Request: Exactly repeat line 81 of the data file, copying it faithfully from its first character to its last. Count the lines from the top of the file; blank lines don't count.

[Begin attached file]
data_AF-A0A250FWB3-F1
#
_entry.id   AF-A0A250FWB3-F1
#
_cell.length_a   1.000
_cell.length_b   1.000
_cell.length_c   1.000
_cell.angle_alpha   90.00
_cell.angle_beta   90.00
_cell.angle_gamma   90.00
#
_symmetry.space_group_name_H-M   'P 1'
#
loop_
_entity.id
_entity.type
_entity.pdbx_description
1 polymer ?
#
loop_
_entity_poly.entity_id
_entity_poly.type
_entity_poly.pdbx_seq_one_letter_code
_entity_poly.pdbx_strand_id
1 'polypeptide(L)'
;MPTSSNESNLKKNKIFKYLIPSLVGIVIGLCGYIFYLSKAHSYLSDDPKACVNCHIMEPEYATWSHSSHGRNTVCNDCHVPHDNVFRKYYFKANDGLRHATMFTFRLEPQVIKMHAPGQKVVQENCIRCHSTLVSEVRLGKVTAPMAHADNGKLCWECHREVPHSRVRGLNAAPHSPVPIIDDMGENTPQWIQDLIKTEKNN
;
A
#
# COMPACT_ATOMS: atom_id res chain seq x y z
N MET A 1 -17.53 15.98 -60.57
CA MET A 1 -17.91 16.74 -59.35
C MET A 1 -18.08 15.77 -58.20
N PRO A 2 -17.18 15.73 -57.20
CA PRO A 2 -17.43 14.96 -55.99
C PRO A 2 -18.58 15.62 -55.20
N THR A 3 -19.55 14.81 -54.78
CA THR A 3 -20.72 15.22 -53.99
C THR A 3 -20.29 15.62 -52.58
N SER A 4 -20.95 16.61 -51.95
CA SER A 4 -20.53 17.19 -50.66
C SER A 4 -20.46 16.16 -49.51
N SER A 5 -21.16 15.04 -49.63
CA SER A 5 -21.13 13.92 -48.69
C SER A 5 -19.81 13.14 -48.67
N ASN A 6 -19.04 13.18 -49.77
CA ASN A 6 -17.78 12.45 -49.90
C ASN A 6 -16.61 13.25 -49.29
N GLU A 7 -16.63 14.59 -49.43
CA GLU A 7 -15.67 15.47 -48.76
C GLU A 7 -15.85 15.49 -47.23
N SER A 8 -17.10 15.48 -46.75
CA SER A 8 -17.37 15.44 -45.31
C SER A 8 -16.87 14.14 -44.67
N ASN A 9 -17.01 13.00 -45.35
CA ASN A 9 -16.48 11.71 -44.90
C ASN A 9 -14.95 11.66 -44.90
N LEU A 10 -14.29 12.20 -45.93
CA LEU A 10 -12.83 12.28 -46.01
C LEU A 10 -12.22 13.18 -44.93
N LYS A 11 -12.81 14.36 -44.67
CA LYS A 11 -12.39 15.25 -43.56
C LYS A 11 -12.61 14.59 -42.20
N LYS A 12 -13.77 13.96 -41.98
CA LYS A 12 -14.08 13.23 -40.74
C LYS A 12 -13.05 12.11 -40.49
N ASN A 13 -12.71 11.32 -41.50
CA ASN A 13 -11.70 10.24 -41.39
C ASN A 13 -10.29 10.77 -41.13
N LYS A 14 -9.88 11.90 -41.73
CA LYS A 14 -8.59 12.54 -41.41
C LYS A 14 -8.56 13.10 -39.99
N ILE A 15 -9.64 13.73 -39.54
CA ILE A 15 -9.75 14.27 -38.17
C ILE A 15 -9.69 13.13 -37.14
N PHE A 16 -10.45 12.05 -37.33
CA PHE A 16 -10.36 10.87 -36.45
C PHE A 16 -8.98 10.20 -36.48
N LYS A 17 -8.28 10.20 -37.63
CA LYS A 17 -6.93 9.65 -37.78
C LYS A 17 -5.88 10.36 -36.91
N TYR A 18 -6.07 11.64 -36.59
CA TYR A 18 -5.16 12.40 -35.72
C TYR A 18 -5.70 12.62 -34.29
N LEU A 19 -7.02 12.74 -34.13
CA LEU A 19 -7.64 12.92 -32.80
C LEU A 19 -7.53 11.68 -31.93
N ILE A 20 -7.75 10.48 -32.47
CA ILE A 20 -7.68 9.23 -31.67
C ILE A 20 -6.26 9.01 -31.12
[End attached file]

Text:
C LYS A 17 -5.88 10.36 -36.91